"many forms." A species is polymorphic if its individuals can be divided into two or more easily recognized groups, based on structure, color, or other similar characteristics. The term only applies when the distinct groups can be found in the same area; graded or clinal variation throughout the range of a species (e.g. a north-to-south decrease in size) is not polymorphism. Polymorphic characteristics may be inherited because the differences have a genetic basis, or they may be the result of environmental influences. We do not consider sexual differences (i.e. sexual dimorphism), seasonal changes (e.g. change in fur color), or age-related changes to be polymorphic. Polymorphism in a local population can be an adaptation to prevent density-dependent predation, where predators preferentially prey on the most common morph.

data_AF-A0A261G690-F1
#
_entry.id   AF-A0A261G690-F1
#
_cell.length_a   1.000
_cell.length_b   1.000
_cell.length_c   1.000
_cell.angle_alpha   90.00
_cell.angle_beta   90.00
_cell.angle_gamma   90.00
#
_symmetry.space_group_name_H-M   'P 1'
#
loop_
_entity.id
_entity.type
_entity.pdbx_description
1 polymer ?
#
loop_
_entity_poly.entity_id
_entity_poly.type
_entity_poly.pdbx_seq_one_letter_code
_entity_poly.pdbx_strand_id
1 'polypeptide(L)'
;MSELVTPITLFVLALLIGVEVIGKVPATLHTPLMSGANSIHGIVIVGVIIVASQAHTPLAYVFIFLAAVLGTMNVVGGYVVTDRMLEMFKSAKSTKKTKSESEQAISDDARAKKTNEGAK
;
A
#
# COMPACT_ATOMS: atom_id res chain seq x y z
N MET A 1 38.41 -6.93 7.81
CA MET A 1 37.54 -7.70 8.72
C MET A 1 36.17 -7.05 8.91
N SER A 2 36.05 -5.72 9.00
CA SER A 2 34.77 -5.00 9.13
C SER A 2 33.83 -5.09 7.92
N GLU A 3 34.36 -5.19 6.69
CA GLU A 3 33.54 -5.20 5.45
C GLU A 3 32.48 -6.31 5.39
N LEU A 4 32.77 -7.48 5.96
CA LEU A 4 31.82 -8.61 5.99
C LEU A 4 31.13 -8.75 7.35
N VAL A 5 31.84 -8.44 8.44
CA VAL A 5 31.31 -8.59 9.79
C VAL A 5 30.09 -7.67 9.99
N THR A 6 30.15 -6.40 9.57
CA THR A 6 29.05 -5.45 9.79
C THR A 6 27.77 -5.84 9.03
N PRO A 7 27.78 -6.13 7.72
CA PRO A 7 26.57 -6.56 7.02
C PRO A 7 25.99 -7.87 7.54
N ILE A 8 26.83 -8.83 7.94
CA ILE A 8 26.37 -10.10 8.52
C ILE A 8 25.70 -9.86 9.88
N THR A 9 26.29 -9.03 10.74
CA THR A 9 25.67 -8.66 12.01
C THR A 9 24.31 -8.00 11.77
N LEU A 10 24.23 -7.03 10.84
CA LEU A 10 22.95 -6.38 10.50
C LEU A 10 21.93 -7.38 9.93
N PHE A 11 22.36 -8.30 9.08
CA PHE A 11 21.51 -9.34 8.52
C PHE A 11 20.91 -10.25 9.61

structure produced by the calcium carbonate skeletons of coral polyps (Class Anthozoa). Coral reefs are found in warm, shallow oceans with low nutrient availability. They form the basis for rich communities of other invertebrates, plants, fish, and protists. The polyps live only on the reef surface. Because they depend on symbiotic photosynthetic algae, zooxanthellae, they cannot live where light does not penetrate.
mainly lives in oceans, seas, or other bodies of salt water.
reproduction that includes combining the genetic contribution of two individuals, a male and a female
associates with others of its species; forms social groups.
uses touch to communicate
the region of the earth that surrounds the equator, from 23.5 degrees north to 23.5 degrees south.
an animal which has an organ capable of injecting a poisonous substance into a wound (for example, scorpions, jellyfish, and rattlesnakes).